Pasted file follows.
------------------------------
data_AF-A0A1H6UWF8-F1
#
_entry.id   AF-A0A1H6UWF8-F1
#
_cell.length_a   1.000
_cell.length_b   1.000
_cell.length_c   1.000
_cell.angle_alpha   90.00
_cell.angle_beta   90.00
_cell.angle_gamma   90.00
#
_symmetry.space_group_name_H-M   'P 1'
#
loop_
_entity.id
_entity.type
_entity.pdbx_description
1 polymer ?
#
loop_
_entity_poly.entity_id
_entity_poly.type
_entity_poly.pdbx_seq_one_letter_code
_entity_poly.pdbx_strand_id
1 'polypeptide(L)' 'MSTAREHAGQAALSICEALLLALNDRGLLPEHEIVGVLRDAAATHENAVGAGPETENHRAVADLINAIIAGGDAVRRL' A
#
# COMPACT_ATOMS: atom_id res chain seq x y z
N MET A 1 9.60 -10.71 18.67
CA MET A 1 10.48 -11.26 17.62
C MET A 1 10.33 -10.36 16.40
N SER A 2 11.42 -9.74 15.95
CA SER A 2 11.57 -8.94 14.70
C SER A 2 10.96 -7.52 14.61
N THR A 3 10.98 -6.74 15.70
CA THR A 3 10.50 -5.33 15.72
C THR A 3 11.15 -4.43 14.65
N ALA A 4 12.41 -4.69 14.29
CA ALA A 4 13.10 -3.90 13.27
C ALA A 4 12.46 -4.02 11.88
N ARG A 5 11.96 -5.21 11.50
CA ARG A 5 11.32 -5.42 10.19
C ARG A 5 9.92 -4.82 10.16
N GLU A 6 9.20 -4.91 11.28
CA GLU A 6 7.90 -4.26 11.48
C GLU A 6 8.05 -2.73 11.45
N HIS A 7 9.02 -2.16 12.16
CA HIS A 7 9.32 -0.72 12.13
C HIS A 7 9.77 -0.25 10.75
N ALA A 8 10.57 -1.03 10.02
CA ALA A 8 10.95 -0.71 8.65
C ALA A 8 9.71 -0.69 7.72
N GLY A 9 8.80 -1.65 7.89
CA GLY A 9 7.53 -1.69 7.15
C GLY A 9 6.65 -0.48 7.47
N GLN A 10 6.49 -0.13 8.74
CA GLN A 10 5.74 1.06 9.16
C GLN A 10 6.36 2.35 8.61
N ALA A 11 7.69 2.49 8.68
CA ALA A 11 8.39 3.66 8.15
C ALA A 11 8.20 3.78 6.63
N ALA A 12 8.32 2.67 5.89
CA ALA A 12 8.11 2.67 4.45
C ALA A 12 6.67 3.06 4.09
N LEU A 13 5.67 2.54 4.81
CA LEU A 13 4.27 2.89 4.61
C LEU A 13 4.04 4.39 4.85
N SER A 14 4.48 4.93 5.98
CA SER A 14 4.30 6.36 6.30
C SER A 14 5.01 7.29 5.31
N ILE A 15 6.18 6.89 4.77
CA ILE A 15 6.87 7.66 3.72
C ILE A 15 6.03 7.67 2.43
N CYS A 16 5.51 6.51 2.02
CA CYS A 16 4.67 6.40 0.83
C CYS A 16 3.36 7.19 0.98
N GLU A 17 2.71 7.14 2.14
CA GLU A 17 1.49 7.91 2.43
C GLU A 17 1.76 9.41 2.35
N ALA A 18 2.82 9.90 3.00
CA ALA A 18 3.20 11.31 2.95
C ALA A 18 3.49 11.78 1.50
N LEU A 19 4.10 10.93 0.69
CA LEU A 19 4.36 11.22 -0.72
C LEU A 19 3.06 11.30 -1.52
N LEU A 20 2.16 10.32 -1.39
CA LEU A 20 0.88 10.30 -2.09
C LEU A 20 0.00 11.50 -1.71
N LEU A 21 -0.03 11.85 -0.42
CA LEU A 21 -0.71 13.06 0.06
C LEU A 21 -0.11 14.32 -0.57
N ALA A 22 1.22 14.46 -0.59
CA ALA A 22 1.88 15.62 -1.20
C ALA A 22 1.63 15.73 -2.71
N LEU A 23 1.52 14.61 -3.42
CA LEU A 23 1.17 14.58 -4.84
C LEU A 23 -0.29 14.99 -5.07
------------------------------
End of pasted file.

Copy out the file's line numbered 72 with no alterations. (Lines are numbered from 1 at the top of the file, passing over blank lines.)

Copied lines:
C ILE A 15 6.03 7.67 2.43